As in solution the least possible value of \(x_{15}\) is \(\approx{173}\), thus values less then 165 are not possible. So at least one home was sold for more than $165.

Hope it's clear.
_________________

New to the Math Forum?
Please read this: Ultimate GMAT Quantitative Megathread | All You Need for Quant | PLEASE READ AND FOLLOW: 12 Rules for Posting!!!

Resources:
GMAT Math Book | Triangles | Polygons | Coordinate Geometry | Factorials | Circles | Number Theory | Remainders; 8. Overlapping Sets | PDF of Math Book; 10. Remainders | GMAT Prep Software Analysis | SEVEN SAMURAI OF 2012 (BEST DISCUSSIONS) | Tricky questions from previous years.

Collection of Questions:
PS: 1. Tough and Tricky questions; 2. Hard questions; 3. Hard questions part 2; 4. Standard deviation; 5. Tough Problem Solving Questions With Solutions; 6. Probability and Combinations Questions With Solutions; 7 Tough and tricky exponents and roots questions; 8 12 Easy Pieces (or not?); 9 Bakers' Dozen; 10 Algebra set. ,11 Mixed Questions, 12 Fresh Meat

DS: 1. DS tough questions; 2. DS tough questions part 2; 3. DS tough questions part 3; 4. DS Standard deviation; 5. Inequalities; 6. 700+ GMAT Data Sufficiency Questions With Explanations; 7 Tough and tricky exponents and roots questions; 8 The Discreet Charm of the DS; 9 Devil's Dozen!!!; 10 Number Properties set., 11 New DS set.


What are GMAT Club Tests?
Extra-hard Quant Tests with Brilliant Analytics

Director
Director
User avatar
Joined: 24 Aug 2007
Posts: 738
WE 1: 3.5 yrs IT
WE 2: 2.5 yrs Retail chain
Re: Last month 15 homes were sold in Town X. The average (arithmetic mean)  [#permalink]

Show Tags

New post 24 May 2010, 07:04
We are discussing the worst scenario here. In addition, we are not given a lower limit and upper limit on the sale price of the homes.

What if some houses are below $130K?

Can someone explain more on this?
_________________

Want to improve your CR: http://gmatclub.com/forum/cr-methods-an-approach-to-find-the-best-answers-93146.html
Tricky Quant problems: http://gmatclub.com/forum/50-tricky-questions-92834.html
Important Grammer Fundamentals: http://gmatclub.com/forum/key-fundamentals-of-grammer-our-crucial-learnings-on-sc-93659.html

Math Expert
User avatar
V
Joined: 02 Sep 2009
Posts: 52386
Re: Last month 15 homes were sold in Town X. The average (arithmetic mean)  [#permalink]

Show Tags

New post 24 May 2010, 07:14
1
1
ykaiim wrote:
We are discussing the worst scenario here. In addition, we are not given a lower limit and upper limit on the sale price of the homes.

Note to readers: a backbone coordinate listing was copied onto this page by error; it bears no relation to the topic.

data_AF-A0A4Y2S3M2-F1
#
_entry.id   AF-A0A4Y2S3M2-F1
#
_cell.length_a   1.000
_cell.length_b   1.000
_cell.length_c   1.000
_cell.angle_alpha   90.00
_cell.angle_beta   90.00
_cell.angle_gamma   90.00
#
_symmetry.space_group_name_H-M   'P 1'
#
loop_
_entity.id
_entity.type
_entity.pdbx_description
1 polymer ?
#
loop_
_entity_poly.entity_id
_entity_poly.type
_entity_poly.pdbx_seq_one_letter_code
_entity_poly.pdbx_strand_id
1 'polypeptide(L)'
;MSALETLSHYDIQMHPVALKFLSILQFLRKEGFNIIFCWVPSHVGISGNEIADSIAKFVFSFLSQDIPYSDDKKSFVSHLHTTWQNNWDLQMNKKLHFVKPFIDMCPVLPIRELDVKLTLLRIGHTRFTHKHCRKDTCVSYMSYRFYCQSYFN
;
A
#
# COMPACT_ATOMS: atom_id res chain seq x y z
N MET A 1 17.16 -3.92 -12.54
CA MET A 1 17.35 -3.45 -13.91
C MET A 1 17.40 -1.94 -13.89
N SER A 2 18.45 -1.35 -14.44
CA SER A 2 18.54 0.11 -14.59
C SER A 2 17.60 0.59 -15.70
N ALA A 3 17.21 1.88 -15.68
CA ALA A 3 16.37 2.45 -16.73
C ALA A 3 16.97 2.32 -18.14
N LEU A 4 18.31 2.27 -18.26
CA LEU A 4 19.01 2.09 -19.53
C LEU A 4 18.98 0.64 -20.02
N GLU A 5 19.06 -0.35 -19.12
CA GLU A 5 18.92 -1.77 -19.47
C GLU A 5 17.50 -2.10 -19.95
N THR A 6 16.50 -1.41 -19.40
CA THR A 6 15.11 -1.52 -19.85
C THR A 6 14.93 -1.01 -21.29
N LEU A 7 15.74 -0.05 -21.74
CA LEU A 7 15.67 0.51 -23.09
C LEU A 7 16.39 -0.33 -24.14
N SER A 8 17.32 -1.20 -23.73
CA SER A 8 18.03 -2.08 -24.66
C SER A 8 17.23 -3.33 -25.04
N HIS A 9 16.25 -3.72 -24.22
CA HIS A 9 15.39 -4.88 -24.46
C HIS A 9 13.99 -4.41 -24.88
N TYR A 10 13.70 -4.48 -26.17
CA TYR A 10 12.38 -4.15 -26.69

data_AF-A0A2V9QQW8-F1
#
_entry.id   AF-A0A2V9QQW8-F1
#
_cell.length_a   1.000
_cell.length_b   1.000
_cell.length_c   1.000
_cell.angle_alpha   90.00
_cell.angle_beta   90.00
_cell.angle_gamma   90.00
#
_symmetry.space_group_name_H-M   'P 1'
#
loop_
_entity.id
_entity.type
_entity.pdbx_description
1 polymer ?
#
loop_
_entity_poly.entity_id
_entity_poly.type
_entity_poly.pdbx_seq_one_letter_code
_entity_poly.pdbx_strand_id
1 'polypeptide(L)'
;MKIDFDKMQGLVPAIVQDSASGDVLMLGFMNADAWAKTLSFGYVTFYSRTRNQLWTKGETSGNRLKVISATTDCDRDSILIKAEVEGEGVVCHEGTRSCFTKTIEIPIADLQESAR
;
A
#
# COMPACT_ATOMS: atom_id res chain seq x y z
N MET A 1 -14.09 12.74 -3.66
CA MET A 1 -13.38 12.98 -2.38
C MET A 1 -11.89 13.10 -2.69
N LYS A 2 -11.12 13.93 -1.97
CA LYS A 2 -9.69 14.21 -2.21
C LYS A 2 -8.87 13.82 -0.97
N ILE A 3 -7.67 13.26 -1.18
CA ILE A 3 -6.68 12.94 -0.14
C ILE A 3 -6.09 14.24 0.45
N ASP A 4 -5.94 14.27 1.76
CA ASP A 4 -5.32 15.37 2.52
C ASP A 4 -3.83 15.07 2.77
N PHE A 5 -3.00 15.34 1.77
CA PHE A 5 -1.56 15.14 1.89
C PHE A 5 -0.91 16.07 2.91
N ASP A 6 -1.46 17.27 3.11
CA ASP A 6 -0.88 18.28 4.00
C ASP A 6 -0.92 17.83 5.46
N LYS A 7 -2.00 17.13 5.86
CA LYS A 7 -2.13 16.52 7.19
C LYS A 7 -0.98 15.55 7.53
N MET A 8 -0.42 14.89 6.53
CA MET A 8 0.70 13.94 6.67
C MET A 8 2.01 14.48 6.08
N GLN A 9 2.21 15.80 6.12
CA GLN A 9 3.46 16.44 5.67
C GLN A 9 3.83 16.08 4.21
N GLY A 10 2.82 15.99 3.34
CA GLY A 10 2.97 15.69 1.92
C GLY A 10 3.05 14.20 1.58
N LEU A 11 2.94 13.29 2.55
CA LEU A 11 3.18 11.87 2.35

What if some houses are below $130K?

Can someone explain more on this?


Note that we are asked which MUST be true.

Given: \({x_1}+{x_2}+...+{x_7}+{x_8=130}+{x_9}+...+{x_{15}}=15*150=2250\)

Let's start with the first one and try to make it false.

I. At least one of the homes was sold for more than $165,000.

Worst case scenario, when \(x_{15}\) has the least value (trying to make it less than 165), would be when \(x_1=x_2=x_3=x_4=x_5=x_6=x_7=x_8=130=max\), and \(x_9=x_{10}=x_{11}=x_{12}=x_{13}=x_{14}=x_{15}=min\):
\(8*130+7x=2250\) --> \(x_{min}\approx{173}\).

So we got that I is always true: At least one of the homes was sold for more than $165,000 (as for the worst case scenario we got that least value of \(x_{15}>165\)).

But if we take the scenario which we considered: \(x_1=x_2=x_3=x_4=x_5=x_6=x_7=x_8=130\), and \(x_9=x_{10}=x_{11}=x_{12}=x_{13}=x_{14}=x_{15}\approx{173}\) we can see that II and III with this scenario are false. So II and III are not always true.

Answer: I only.

More at: gmatprep-2010-statistics-92909.html#p715101
_________________

New to the Math Forum?
Please read this: Ultimate GMAT Quantitative Megathread | All You Need for Quant | PLEASE READ AND FOLLOW: 12 Rules for Posting!!!

Resources:
GMAT Math Book | Triangles | Polygons | Coordinate Geometry | Factorials | Circles | Number Theory | Remainders; 8. Overlapping Sets | PDF of Math Book; 10. Remainders | GMAT Prep Software Analysis | SEVEN SAMURAI OF 2012 (BEST DISCUSSIONS) | Tricky questions from previous years.

Collection of Questions:
PS: 1. Tough and Tricky questions; 2. Hard questions; 3. Hard questions part 2; 4. Standard deviation; 5. Tough Problem Solving Questions With Solutions; 6. Probability and Combinations Questions With Solutions; 7 Tough and tricky exponents and roots questions; 8 12 Easy Pieces (or not?); 9 Bakers' Dozen; 10 Algebra set. ,11 Mixed Questions, 12 Fresh Meat